Just as David Case wrote Grave of the Vampire before creating The Sopranos, Steven Bochco and Michael Kozoll scripted this TV movie – obviously, a series pilot – a year or two before they hit big with Hill Street Blues. Also in 1979, the miniseries adaptation of ‘Salem’s Lot had an open ending which could have led to a wandering hero series with the surviving characters on the road in search of more vampires to kill. Neither panned out.
As the site of the long-destroyed Heidecker Estate in San Francisco is developed, the shadow of a cross falls on a stretch of rubble. A feral character (Richard Lynch) claws his way to the surface but later spruces himself up and calls himself Anton Voytek, persuading married architects John and Leslie Rawlins (Jason Miller and Kathryn Harrold) to put their building projects on hold while long-lost artworks can be retrieved from catacombs under the wasteground. When they realise the art is all looted, the Rawlins turn the plausible creep in to the cops and he has to be bailed out of a holding cell by enslaved lawyer Nicole DeCamp (Jessica Walter, sadly confined to two or three good scenes). After racing the dawn to get to his bolthole before catching fire, Voytek swears revenge and kills Leslie, who later turns up as a Lucy-like vampire who needs to be staked by her loved one. The embittered, grieving John teams up with Van Helsing-like ex-cop Harry Kilcoyne to track down and kill Voytek … though an exciting climax is curtailed as the villain just walks off safely, presumably to be pursued throughout a series that never came to be. I suspect John Rawlins would neglect his architect practice in favour of monster-hunting in exactly the way David Vincent (Roy Thinnes) did in The Invaders.
Richard Lynch was an unforgettable exploitation/arthouse villain in the 1970s and ‘80s: he’s the prison rapist in Scarecrow, the craziest hunter in Open Season, the hermaphrodite messiah in God Told Me To, the Russian commander in Invasion USA, the evil guru in Bad Dreams, etc. He’s interestingly cast as a 13th century Prince known as ‘the Golden Vampire’, with a coat draped over his shoulders like a cape, wavy hair, a memorable rasp of a voice and an air of cold malice. Lynch was facially scarred after setting himself on fire in an LSD-related incident, but here he has a smooth, plasticky look that works well for a vampire character – in the finale, he does get a faceful of holy water but we never get a good look at his face afterwards. Possibly, the plan was to have him sport lasting scars from this in the series. Bochco and Kozoll establish that Voyetk committed a string of ‘throat murders’ in the 1930s and had a feud with an ex-cop/priest whose skeleton is found in the ruins – leaving open the option of doing flashback shows about that.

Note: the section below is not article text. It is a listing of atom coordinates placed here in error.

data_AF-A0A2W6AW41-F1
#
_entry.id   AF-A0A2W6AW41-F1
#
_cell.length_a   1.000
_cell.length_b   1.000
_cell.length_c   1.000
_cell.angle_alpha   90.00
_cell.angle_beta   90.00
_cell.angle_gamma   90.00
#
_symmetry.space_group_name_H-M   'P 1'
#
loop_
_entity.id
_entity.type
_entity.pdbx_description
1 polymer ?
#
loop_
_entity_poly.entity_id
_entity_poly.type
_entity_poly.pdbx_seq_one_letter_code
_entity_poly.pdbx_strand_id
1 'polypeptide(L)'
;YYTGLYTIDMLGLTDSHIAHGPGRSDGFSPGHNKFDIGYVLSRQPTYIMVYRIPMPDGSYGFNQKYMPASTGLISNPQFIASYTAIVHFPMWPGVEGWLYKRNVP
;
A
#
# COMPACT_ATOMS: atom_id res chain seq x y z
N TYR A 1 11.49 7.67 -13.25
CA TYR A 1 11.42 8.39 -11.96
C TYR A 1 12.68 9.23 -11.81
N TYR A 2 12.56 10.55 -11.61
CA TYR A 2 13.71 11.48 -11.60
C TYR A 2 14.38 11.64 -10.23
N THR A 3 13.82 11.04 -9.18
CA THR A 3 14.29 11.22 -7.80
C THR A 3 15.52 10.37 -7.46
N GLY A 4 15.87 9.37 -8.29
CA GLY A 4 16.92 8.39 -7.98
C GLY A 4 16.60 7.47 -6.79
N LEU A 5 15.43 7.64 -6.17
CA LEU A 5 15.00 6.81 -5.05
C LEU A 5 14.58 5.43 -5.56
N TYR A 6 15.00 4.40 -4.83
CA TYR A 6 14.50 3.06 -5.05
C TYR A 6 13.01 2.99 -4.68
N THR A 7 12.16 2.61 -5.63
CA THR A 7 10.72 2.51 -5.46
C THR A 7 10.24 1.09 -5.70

Whereas ‘Salem’s Lot pushed the envelope a lot, Vampire is mostly rather mild – the big shock death takes place during a commercial break – when compared with movie-of-the-week horror from earlier in the decade (eg The Night Stalker). Less indebted to Bram Stoker than ‘Salem’s Lot, it still borrows wholesale from Dracula – the latter half of the film has Rawlins and Kilcoyne tracking down Voytek’s lairs and sanctifying coffins so he can’t rest in them. Paralleling the race-the-dawn sequence, the third act has the heroes driving between locations as the sun sets, conscious that if they don’t find Voytek by nightfall they’ll have a fight on their hands.
Busy TV director E.W.Swackhamer – the initials stand for Egbert Wanderink – had just done a miniseries adaptation of Dashiell Hammett’s The Dain Curse, which Miller had played a flamboyant supporting role in, and was about to do the paranormal disaster movie The Death of Ocean View Park. Later he’d handle the David Hasselhoff-vs-Jack the Ripper TV movie Bridge Across Time.